Synergia [Game Review]

Title: Synergia

Genre:  Visual Novel / Yuri / Cybperpunk

Developer:  Radi Art

Publisher: Top Hat Studios

Synergia is a yuri thriller visual novel that takes place in a cyberpunk future, wrapped up in a beautifully unique, vibrant neon aesthetic. At the end of the world, sometimes love is the ultimate crime

Synergia was originally released on Steam in July 2020 and was developed by Radi Art and published by Top Hat Studios. Since then, it has been ported to PS4, Xbox One, and Nintendo Switch. What you essentially have here is exactly what the description says: a cyberpunk yuri title that is ultimately about love in a dystopian world.

Getting into the mechanics, this is a mostly linear VN, with only a handful of branching choices to make. I’m fairly sure that only one of the choices actually affects the ending you get too. In total, there are two endings to obtain, and once you do, you unlock a bonus chapter that serves as a prequel to the events of the main game. Honestly, while not as vast as some visual novels, there is enough here to offer some replayability. Aside from anything else, the two final chapters you can access are sufficiently different to both be well worth checking out.

The story itself is a lot of fun too, especially if you enjoy cyberpunk settings and protagonists that have lost their way and descended into a gloomy state when you first find them. Cila is really quite fascinating in that role. We pick up on little snippets of how she ended up where she is throughout the tale and seeing her attitude towards both humanoid and androids playing out and softening a little is quite wonderful.

It’s through Cila’s yes that we get to learn about the world the game is set in too, and her jaded views on everyone are a fitting lens for that brand of neon darkness. That’s not to say that the other characters are in any way dull, either. While we spend more time with some than others, those that are there for the long haul are nice additions to the cast. Yoko, for example, remains a character that Cila can’t seem to help going back to, even when she is under suspicion for all manner of things happening around her. She’s like that friend that you find infuriating, yet you wouldn’t be without.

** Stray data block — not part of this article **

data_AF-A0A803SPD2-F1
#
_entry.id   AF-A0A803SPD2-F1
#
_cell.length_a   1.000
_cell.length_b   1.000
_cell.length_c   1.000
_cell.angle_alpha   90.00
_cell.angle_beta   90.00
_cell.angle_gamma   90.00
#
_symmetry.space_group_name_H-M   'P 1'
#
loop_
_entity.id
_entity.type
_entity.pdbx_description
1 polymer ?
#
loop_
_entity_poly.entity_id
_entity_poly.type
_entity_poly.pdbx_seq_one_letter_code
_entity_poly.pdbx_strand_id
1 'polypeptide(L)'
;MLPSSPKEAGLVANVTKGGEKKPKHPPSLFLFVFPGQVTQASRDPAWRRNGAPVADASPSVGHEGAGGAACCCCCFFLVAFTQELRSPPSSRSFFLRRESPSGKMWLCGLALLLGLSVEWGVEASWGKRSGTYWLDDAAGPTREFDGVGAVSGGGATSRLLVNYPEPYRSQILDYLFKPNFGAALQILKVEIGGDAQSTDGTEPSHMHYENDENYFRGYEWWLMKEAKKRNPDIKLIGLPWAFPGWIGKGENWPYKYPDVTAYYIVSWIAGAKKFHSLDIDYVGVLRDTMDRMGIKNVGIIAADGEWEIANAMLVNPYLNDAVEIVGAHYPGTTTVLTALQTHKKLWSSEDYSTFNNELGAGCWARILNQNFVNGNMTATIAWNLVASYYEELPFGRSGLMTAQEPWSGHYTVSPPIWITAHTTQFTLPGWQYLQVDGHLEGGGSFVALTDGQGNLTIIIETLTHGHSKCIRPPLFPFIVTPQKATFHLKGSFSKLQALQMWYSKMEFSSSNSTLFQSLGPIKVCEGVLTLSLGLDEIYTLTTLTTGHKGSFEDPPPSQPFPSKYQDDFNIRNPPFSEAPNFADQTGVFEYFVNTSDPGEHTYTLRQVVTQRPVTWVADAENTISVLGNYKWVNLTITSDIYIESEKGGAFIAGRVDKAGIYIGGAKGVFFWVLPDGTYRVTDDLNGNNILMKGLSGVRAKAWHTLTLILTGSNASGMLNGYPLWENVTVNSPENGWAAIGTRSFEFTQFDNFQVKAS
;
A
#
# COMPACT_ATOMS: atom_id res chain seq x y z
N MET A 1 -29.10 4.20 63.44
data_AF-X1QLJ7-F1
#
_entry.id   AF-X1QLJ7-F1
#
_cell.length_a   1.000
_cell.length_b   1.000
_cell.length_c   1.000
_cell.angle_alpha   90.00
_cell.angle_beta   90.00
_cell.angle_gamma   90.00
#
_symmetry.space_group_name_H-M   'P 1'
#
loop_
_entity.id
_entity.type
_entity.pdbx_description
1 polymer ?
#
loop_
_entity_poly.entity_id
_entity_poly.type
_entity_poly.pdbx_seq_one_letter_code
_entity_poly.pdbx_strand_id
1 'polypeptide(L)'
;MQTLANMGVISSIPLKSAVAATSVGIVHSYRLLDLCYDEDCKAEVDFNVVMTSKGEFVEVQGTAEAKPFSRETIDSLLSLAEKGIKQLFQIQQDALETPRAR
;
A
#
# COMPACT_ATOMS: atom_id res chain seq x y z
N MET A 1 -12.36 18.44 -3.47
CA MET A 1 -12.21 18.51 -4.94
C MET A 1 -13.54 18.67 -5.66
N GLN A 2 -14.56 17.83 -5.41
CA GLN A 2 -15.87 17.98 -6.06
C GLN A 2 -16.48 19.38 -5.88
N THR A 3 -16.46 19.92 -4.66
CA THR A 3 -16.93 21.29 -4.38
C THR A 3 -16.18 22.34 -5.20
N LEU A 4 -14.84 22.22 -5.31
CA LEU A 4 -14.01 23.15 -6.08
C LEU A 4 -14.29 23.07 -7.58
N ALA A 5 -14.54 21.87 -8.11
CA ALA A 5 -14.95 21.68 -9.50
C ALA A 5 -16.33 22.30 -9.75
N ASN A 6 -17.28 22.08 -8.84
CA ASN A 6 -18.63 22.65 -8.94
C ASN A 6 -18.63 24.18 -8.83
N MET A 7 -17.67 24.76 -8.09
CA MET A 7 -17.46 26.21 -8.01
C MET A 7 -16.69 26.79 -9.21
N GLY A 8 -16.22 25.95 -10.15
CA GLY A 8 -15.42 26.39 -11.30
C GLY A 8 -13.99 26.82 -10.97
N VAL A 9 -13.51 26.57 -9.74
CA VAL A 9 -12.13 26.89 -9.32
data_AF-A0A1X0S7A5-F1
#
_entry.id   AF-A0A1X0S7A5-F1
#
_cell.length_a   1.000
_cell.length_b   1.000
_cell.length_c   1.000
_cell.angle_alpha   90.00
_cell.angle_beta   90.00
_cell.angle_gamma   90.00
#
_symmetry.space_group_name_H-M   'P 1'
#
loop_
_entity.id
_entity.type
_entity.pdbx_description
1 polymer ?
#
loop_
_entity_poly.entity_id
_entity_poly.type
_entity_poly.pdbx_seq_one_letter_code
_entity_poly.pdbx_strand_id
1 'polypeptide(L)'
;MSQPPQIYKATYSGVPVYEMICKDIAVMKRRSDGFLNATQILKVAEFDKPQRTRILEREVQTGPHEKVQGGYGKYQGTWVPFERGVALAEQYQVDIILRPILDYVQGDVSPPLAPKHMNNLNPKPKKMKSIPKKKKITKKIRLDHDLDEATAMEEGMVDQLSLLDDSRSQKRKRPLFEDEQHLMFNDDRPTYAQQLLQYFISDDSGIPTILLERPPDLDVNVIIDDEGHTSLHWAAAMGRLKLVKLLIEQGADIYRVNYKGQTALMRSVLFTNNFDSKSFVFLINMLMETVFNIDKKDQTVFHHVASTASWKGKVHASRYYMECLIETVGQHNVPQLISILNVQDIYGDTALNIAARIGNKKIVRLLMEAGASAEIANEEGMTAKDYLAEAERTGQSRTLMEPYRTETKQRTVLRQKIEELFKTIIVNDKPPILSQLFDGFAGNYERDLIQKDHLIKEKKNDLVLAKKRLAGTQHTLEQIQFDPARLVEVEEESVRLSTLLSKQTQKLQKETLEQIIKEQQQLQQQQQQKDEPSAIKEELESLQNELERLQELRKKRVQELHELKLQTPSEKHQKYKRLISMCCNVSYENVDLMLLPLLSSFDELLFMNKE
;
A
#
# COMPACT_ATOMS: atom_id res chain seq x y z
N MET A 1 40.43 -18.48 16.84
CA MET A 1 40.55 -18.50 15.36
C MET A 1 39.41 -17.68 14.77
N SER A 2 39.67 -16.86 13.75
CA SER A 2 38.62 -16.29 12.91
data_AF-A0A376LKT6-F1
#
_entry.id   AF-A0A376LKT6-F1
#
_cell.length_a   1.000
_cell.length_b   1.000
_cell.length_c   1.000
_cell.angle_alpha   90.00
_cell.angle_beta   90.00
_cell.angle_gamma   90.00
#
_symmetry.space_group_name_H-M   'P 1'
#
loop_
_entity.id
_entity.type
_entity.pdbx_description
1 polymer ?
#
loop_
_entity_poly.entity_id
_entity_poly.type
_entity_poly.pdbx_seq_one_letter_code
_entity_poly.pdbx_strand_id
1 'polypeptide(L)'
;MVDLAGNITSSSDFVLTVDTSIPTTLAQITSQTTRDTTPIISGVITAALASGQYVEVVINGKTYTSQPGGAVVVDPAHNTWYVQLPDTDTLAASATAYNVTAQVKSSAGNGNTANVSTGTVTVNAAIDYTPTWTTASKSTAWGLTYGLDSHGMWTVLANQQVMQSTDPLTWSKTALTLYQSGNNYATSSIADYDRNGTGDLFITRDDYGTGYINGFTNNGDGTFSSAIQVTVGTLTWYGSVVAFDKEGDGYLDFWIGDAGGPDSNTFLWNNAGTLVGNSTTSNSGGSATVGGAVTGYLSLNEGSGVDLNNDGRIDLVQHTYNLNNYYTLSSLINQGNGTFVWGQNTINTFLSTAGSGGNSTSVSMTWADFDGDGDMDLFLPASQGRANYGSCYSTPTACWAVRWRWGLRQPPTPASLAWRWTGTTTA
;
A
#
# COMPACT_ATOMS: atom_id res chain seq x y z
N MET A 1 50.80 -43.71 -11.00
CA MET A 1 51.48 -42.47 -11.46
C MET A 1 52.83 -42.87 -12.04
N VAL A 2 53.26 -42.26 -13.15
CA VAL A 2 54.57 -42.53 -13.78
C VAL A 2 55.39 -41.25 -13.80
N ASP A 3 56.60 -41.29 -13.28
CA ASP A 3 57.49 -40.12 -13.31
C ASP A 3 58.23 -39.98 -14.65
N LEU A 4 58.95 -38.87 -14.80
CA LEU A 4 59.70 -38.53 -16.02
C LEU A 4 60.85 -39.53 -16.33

When it comes to the other characters, the most important to the plot is, of course, the love interest, Mara. She’s a good foil for Cila, offering a cheerier outlook on things for the most part. She’s also not afraid to call Cila on some of her actions. I would say that one revelation about Mara made her a little less likable for me in the love interest role, though that may not bother others quite so much.

When the comes to the relationship though, I did enjoy this. It’s reliant on the setting and the taboo of human-machine love, but there’s still a human quality to it all. This isn’t a release for those that prefer X-rated scenes. The pairing is based on emotion, not physicality. So, don’t expect anything more physically intimate than a kiss to materialise.

I really enjoyed the art style of the game. It had some clear anime influences spread throughout, from general eye styles to the Ghost in the Shell-esque backdrops. At the same time though, there was a Western edge to it all for me. The colouring wouldn’t look out of place in an animated Blade Runner, and Cila’s facial structure put me in mind of Peanuts in some shots. The style is quite loose too, with an almost pencil feel to it. It all combines to give it a flair of its own while still paying homage to its influences.

From an audio standpoint, the soundtrack is decent. It fits the world it has been created for and, even though nothing truly stood out as memorable, it all slots into place well. It is a shame that the VN isn’t fully voiced, but that’s not a major negative. I do feel like the story maybe gets rushed through at times too, at least towards the end. In some ways, I can see it as necessary as the events that build up would play out quickly in reality. At the same time though, it means that some things don’t get as much attention to details as the build-up to them. Again, it’s not a big issue, but it’s one that may feel off to some.

Overall, Synergia is a really good release. It’s has a recognisable style, an intriguing protagonist, and a well-realised setting. It’s short but packed with emotion. I give this a solid 4 out of 5.

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